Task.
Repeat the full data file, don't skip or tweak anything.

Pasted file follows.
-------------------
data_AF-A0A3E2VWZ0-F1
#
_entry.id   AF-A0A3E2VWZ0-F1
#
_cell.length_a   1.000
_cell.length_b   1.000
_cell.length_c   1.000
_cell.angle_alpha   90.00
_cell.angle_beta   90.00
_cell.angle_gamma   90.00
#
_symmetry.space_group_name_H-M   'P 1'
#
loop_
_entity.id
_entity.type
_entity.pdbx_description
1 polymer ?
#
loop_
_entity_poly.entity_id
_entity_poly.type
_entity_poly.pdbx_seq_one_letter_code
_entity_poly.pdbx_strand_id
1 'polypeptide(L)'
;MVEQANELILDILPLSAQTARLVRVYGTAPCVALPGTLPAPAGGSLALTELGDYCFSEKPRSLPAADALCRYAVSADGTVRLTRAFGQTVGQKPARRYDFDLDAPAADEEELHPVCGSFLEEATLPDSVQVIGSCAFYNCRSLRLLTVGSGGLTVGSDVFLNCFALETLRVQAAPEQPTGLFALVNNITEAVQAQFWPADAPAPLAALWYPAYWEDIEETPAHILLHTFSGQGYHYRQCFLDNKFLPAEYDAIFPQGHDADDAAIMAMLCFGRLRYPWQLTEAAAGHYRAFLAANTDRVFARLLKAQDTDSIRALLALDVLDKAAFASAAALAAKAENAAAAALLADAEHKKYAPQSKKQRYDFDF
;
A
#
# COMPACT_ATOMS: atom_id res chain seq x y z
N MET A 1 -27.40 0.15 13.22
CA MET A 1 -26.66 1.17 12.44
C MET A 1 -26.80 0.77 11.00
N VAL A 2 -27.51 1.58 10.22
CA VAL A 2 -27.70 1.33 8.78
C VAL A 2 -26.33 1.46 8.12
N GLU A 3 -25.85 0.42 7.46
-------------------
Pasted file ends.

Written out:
data_AF-A0A3E2VWZ0-F1
#
_entry.id   AF-A0A3E2VWZ0-F1
#
_cell.length_a   1.000
_cell.length_b   1.000
_cell.length_c   1.000
_cell.angle_alpha   90.00
_cell.angle_beta   90.00
_cell.angle_gamma   90.00
#
_symmetry.space_group_name_H-M   'P 1'
#
loop_
_entity.id
_entity.type
_entity.pdbx_description
1 polymer ?
#
loop_
_entity_poly.entity_id
_entity_poly.type
_entity_poly.pdbx_seq_one_letter_code
_entity_poly.pdbx_strand_id
1 'polypeptide(L)'
;MVEQANELILDILPLSAQTARLVRVYGTAPCVALPGTLPAPAGGSLALTELGDYCFSEKPRSLPAADALCRYAVSADGTVRLTRAFGQTVGQKPARRYDFDLDAPAADEEELHPVCGSFLEEATLPDSVQVIGSCAFYNCRSLRLLTVGSGGLTVGSDVFLNCFALETLRVQAAPEQPTGLFALVNNITEAVQAQFWPADAPAPLAALWYPAYWEDIEETPAHILLHTFSGQGYHYRQCFLDNKFLPAEYDAIFPQGHDADDAAIMAMLCFGRLRYPWQLTEAAAGHYRAFLAANTDRVFARLLKAQDTDSIRALLALDVLDKAAFASAAALAAKAENAAAAALLADAEHKKYAPQSKKQRYDFDF
;
A
#
# COMPACT_ATOMS: atom_id res chain seq x y z
N MET A 1 -27.40 0.15 13.22
CA MET A 1 -26.66 1.17 12.44
C MET A 1 -26.80 0.77 11.00
N VAL A 2 -27.51 1.58 10.22
CA VAL A 2 -27.70 1.33 8.78
C VAL A 2 -26.33 1.46 8.12
N GLU A 3 -25.85 0.42 7.46